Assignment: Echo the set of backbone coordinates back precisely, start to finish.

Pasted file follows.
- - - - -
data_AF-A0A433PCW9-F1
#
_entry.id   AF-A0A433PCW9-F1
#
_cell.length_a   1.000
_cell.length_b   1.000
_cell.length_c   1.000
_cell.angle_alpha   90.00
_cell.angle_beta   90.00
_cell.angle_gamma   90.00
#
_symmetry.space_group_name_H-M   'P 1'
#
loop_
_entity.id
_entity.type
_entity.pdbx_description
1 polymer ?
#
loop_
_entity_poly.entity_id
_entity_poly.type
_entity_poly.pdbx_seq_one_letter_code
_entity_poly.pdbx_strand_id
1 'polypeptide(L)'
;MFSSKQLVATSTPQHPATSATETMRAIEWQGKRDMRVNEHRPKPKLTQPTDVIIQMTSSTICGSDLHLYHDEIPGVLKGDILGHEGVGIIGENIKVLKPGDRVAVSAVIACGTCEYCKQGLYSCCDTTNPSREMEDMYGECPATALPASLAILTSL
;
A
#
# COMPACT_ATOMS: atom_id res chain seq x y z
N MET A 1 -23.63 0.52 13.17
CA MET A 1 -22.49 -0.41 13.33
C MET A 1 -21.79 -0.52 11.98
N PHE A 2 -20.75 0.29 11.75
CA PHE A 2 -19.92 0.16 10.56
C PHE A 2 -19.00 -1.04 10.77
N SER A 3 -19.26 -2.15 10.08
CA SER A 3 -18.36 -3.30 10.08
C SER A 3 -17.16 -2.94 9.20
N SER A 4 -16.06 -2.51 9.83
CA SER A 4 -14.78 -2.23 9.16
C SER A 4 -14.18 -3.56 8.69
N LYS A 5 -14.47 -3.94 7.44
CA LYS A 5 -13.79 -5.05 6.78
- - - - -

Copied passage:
data_AF-A0A433PCW9-F1
#
_entry.id   AF-A0A433PCW9-F1
#
_cell.length_a   1.000
_cell.length_b   1.000
_cell.length_c   1.000
_cell.angle_alpha   90.00
_cell.angle_beta   90.00
_cell.angle_gamma   90.00
#
_symmetry.space_group_name_H-M   'P 1'
#
loop_
_entity.id
_entity.type
_entity.pdbx_description
1 polymer ?
#
loop_
_entity_poly.entity_id
_entity_poly.type
_entity_poly.pdbx_seq_one_letter_code
_entity_poly.pdbx_strand_id
1 'polypeptide(L)'
;MFSSKQLVATSTPQHPATSATETMRAIEWQGKRDMRVNEHRPKPKLTQPTDVIIQMTSSTICGSDLHLYHDEIPGVLKGDILGHEGVGIIGENIKVLKPGDRVAVSAVIACGTCEYCKQGLYSCCDTTNPSREMEDMYGECPATALPASLAILTSL
;
A
#
# COMPACT_ATOMS: atom_id res chain seq x y z
N MET A 1 -23.63 0.52 13.17
CA MET A 1 -22.49 -0.41 13.33
C MET A 1 -21.79 -0.52 11.98
N PHE A 2 -20.75 0.29 11.75
CA PHE A 2 -19.92 0.16 10.56
C PHE A 2 -19.00 -1.04 10.77
N SER A 3 -19.26 -2.15 10.08
CA SER A 3 -18.36 -3.30 10.08
C SER A 3 -17.16 -2.94 9.20
N SER A 4 -16.06 -2.51 9.83
CA SER A 4 -14.78 -2.23 9.16
C SER A 4 -14.18 -3.56 8.69
N LYS A 5 -14.47 -3.94 7.44
CA LYS A 5 -13.79 -5.05 6.78